16:1-3 Hitherto Samson's character has appeared glorious, though uncommon. In this chapter we find him behaving in so wicked a manner, that many question whether or not he were a godly man. But the apostle has determined this, Heb 11:32. By adverting to the doctrines and examples of Scripture, the artifices of Satan, the deceitfulness of the human heart, and the methods in which the Lord frequently deals with his people, we may learn useful lessons from this history, at which some needlessly stumble, while others cavil and object. The peculiar time in which Samson lived may account for many things, which, if done in our time, and without the special appointment of Heaven, would be highly criminal. And there might have been in him many exercises of piety, which, if recorded, would have reflected a different light upon his character. Observe Samson's danger. Oh that all who indulge their sensual appetites in drunkenness, or any fleshly lusts, would see themselves thus surrounded, way-laid, and marked for ruin by their spiritual enemies! The faster they sleep, the more secure they feel, the greater their danger. We hope it was with a pious resolution not to return to his sin, that he rose under a fear of the danger he was in. Can I be safe under this guilt? It was bad that he lay down without such checks; but it would have been worse, if he had laid still under them.And Samson lay till midnight, and arose at midnight,.... Either not being able to lie any longer through the conviction of his conscience for his lewdness, or being warned by a dream, or having an impulse upon his spirit, which suggested to him that wait was laid for him, and the danger he was in; and coming to the gate of the city, which he found shut and fast barred and bolted, and the watch perhaps asleep, not expecting his coming until daylight:

and took the doors of the gate of the city, and the two posts, and went away with them, bar and all; did not stand to break open the doors of the gate, but took the two side posts up, on which the folding doors of the gate were hung, out of the ground in which they were fastened, with the bar which went across the doors for the security of them:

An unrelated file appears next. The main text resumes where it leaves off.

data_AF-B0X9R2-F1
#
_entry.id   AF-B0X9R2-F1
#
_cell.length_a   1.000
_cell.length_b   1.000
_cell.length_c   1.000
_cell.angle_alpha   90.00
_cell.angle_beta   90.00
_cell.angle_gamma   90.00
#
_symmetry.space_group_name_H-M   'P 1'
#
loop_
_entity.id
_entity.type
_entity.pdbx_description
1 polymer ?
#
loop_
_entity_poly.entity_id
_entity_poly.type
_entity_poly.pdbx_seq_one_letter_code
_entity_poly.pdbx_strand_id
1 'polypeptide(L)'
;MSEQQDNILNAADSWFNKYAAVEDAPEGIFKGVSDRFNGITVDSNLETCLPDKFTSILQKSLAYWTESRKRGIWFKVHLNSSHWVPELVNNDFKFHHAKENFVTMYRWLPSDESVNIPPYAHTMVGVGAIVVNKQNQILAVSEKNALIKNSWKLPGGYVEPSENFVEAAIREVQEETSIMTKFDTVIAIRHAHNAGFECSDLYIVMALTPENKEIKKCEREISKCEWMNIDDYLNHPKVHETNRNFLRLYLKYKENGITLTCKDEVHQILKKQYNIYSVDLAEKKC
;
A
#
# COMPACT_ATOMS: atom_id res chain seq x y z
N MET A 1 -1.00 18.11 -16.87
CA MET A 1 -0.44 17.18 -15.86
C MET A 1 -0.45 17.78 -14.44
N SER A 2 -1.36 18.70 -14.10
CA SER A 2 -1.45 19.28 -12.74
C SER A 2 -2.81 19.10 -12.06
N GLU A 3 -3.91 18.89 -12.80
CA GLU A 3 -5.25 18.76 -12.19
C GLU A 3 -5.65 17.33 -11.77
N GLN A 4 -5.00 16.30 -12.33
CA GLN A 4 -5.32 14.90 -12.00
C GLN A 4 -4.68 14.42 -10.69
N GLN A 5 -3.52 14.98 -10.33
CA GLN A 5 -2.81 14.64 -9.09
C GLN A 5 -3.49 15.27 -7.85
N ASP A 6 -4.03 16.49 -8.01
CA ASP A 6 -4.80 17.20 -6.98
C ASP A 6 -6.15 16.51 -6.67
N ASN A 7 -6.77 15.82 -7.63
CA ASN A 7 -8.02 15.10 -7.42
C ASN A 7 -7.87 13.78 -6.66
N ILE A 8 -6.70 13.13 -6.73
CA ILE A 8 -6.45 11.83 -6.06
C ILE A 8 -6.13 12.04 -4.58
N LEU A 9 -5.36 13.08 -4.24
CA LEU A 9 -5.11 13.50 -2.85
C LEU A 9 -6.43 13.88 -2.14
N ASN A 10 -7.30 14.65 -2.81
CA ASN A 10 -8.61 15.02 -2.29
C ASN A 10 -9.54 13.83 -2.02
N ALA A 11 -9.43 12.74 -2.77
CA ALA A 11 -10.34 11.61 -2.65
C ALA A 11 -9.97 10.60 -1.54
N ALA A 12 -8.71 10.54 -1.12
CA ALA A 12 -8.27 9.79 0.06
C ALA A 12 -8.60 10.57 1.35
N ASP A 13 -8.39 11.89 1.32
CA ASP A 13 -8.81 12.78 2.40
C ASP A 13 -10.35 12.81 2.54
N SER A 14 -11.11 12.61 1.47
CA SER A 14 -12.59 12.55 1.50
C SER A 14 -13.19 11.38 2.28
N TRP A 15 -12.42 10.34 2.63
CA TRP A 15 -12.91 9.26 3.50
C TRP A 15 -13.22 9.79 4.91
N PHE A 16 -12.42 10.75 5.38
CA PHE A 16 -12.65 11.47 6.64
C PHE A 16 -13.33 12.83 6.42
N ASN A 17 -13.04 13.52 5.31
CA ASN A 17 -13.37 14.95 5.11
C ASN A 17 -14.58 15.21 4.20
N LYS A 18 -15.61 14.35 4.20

and carried them up to the top of an hill that is before Hebron; if this hill was near Hebron, as the words thus read seem to intimate, he must carry the gates twenty miles upon his shoulders, for so far was Hebron from Gaza; so Josephus says it was over Hebron; but according to Adrichomius (t), it was near Gaza, looking towards Hebron; and so Sandys says (u), in the valley, on the east side of the city, are many straggling buildings, beyond which there is a hill more eminent than the rest, on the north side of the way that leads to Babylon, said to be that to which Samson carried the gates of the city. It is very probable, as some think, that it was between Gaza and Hebron, in sight of both cities, which may be meant by the phrase "before", or "on the face of"; being so high might be seen as far as Hebron, as well as at Gaza. This was an emblem of Christ's resurrection, of whom Samson was a type, who being encompassed in a sepulchre, and sealed and watched by soldiers, broke through the bars of death and the grave, and carried off the doors in triumph; and in a short time ascended to heaven, whereby he declared himself to be the Son of God with power. It was usual for doors and bars of gates to be carried in triumph, and laid up in temples (w); and the Jews say these doors were not less than sixty cubits, and suppose Samson's shoulders to be as broad (x).

(t) "Theatrum Terrae Sanet". p. 133. (u) Ut supra, (Travels l. 3.) p. 117. (w) "----sacris in postibus arma: ----et portarum ingentia claustra." Virgil. Aeneid. 7. ver. 185. (x) T. Bab. Sotah, fol. 10. 1.